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How and what do you measure to ensure quality palliative and end-of-life care?

Author: Professor Richard Harding, Herbert Dunhill Chair and Director of the Centre for Global Health Palliative Care, Cicely Saunders Institute, King’s College London, UK.
11 July 2017

Continuing the Salzburg Questions series that encourages a global discussion about the key issues affecting palliative care.

Today, 11 July, is World Population Day. Professor Richard Harding, Herbert Dunhill Chair and Director of the Centre for Global Health Palliative Care, Cicely Saunders Institute, King’s College London, UK, explores the fifth question in the Salzburg Questions that asks how and what you measure to ensure quality palliative and end-of-life care.

Quality and outcomes matter more than ever

It is 50 years since Dame Cicely Saunders began to help the world think differently about ‘what matters’ in health care. Many things have changed in that time. Some major shifts have been the requirement of health services to measure their effectiveness and prove they make a difference. Others include the introduction of ‘patient-centredness’ in medicine, nursing and allied health professions; a growth in ageing and complex comorbidity that is projected to increase rapidly; and a global expansion from palliative care’s origins in terminal care of cancer patients in a handful of high-income countries.

The majority of countries (regardless of wealth) are facing resource restrictions in health and social care. More than ever, we have a duty to patients, families, funders and policymakers to ensure that we measure what matters and the quality of our work.

The benefits ­ – and risks – of measurement in palliative care 

We have a wealth of evidence of what matters to our patients and families – and it is usually very different from other fields that measure ‘outcomes’ in healthcare. For people using palliative care services, in addition to the outcomes that might matter in other groups (such as pain, anxiety, depression), we have outcomes such as spiritual wellbeing, family support, meeting preferences for place of death, advance care plans, as well as for a wide range of common symptoms. The challenge we face is that we care about all of these outcomes for each patient – not just one or two. And our patients and families are often very sick and it would be inappropriate to ask them to complete long outcome measures.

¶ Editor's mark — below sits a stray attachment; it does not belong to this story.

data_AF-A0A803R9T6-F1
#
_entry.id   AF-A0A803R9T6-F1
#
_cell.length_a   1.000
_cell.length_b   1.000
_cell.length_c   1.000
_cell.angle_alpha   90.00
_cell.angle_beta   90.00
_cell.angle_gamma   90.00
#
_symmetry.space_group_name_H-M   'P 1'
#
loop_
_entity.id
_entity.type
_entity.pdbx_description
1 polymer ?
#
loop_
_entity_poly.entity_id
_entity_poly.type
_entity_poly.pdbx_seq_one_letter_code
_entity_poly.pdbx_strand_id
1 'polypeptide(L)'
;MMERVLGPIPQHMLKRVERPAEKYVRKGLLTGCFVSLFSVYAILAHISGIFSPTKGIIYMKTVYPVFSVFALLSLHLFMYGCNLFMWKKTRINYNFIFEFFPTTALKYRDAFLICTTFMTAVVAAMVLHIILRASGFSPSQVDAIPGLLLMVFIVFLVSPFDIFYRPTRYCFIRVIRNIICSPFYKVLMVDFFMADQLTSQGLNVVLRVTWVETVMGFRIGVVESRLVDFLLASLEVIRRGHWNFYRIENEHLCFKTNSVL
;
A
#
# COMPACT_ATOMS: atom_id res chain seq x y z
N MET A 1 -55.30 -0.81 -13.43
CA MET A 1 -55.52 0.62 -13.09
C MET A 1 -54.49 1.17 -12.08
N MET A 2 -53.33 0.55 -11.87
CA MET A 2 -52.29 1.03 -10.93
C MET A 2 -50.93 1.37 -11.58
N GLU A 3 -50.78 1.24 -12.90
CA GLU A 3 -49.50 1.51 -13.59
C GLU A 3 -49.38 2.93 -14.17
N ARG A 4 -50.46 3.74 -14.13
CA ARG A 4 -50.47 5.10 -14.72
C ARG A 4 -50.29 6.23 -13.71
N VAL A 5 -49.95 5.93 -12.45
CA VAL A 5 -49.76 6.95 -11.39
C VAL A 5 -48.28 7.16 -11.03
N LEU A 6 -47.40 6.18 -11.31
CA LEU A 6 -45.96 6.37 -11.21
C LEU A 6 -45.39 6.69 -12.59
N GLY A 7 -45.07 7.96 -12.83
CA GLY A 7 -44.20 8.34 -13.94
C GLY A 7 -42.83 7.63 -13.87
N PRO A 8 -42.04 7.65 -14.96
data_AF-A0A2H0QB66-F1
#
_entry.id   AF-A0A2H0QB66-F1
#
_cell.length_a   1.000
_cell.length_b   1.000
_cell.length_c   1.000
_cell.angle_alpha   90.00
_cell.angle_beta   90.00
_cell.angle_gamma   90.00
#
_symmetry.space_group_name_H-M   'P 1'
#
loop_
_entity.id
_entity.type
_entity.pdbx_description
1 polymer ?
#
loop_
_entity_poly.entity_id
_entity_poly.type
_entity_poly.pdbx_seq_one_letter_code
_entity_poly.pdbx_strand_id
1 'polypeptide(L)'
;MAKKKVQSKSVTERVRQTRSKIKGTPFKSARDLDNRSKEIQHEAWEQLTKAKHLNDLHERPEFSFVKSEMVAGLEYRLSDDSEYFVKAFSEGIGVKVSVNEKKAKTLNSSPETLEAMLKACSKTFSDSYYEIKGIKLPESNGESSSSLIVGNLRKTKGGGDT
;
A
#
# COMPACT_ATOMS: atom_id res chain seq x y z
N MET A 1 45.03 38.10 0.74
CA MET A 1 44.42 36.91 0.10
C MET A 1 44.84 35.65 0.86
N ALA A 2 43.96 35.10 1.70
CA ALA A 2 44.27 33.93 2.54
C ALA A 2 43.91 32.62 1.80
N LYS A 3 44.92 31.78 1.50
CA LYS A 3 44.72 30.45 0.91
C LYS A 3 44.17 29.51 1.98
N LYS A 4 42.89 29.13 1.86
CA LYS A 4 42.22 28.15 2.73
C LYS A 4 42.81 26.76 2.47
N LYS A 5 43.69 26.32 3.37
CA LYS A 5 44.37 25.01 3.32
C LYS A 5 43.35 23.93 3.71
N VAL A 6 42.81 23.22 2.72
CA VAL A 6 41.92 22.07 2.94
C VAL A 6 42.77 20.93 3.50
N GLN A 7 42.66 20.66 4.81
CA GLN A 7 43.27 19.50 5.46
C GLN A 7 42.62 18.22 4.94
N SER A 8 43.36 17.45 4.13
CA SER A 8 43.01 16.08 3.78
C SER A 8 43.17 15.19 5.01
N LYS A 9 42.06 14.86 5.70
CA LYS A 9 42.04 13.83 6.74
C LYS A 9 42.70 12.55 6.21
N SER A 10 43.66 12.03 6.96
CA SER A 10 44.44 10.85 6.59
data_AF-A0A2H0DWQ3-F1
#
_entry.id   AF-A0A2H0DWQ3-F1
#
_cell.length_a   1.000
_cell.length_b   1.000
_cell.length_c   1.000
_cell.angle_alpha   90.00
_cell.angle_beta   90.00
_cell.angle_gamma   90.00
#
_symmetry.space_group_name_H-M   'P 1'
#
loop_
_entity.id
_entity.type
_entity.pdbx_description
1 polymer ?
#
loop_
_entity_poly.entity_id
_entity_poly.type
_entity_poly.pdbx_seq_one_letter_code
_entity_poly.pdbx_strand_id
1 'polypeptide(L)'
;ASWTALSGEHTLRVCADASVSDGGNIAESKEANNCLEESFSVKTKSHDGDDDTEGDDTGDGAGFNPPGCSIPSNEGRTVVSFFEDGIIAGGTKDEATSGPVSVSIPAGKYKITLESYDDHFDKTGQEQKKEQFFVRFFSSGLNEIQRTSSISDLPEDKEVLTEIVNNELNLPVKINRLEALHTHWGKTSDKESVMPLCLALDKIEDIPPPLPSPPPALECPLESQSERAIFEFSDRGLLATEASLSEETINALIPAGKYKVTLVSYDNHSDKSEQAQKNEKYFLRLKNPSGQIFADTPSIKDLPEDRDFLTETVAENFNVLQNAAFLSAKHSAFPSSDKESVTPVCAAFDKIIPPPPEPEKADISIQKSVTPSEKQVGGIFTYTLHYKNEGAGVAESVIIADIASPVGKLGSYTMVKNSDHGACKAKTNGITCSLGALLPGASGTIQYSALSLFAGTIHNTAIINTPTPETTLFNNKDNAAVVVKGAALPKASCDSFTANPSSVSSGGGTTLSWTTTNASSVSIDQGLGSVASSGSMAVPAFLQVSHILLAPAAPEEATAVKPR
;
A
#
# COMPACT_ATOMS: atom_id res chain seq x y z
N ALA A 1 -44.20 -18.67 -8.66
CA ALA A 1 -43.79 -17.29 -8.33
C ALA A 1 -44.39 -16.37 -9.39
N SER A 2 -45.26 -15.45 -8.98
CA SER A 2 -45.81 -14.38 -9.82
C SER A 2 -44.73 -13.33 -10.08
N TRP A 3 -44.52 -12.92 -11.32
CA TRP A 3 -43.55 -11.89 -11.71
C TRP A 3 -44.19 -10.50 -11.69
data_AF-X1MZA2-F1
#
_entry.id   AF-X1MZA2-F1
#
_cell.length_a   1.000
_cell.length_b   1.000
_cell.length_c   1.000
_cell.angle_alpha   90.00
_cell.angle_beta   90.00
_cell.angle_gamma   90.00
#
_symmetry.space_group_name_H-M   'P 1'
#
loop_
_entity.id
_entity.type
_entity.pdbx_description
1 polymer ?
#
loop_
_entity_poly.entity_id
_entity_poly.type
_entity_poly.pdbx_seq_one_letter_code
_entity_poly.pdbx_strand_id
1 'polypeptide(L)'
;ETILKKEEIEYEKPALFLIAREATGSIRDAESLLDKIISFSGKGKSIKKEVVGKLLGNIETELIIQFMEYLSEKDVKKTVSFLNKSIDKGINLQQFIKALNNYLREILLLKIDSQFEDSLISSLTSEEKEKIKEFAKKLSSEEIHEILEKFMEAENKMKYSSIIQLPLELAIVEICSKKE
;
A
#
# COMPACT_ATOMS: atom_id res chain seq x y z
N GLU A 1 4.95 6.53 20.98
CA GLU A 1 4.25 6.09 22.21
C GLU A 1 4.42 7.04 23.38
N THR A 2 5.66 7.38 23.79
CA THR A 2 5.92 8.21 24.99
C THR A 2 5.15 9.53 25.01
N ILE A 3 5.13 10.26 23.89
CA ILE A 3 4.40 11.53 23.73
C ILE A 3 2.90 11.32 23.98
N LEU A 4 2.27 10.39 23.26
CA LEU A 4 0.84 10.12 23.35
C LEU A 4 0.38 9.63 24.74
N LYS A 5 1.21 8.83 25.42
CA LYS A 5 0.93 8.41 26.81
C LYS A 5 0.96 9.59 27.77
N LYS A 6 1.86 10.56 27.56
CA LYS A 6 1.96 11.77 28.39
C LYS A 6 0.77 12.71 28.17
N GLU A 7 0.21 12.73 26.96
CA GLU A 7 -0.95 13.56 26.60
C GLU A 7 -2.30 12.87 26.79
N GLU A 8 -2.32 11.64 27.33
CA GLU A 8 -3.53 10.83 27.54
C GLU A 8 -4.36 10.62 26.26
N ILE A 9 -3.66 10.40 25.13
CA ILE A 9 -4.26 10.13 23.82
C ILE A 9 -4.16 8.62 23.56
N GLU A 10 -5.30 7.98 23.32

The science of measurement can be complex – patients, families and clinicians want to know that a simple, brief and valid tool will quickly and accurately help them to identify their main symptoms and concerns, inform care planning, and monitor their response. The field of palliative care needs to know it can conduct high-quality research based on well-designed and evaluated measures. Without good science underpinning our measures we risk them not reflecting what matters to those they intend to help, or not being seen as useful and therefore not adopted in routine practice by care teams. And crucially, badly designed and poorly tested tools risk not picking up meaningful changes for patients and families under our care – and therefore giving us a false impression that our care has had no effect.

Outcome measurement – a global story of success in palliative care 

Outcome measurement has become a standard around the world – for example informing the funding tariff in the UK, and being a requirement to be an accredited 5* hospice in South Africa. An example of a scientifically robust measure is the Palliative Outcome Scale (POS) – with more than 8,000 registered users in 126 countries (see www.pos-pal.org). Other common measures include the Edmonton Symptom Assessment Scale (ESAS), and FACT-Pal.

Outcome measurement enables clinical services to drive up quality and to underpin research. Most importantly, the use of outcome measures has enabled us to focus on what matters to patients and families, while building the evidence base for the effectiveness and cost-effectiveness of palliative care. Choosing robust measures, and ensuring mechanisms to allow data to drive better practice, are essential in achieving this.

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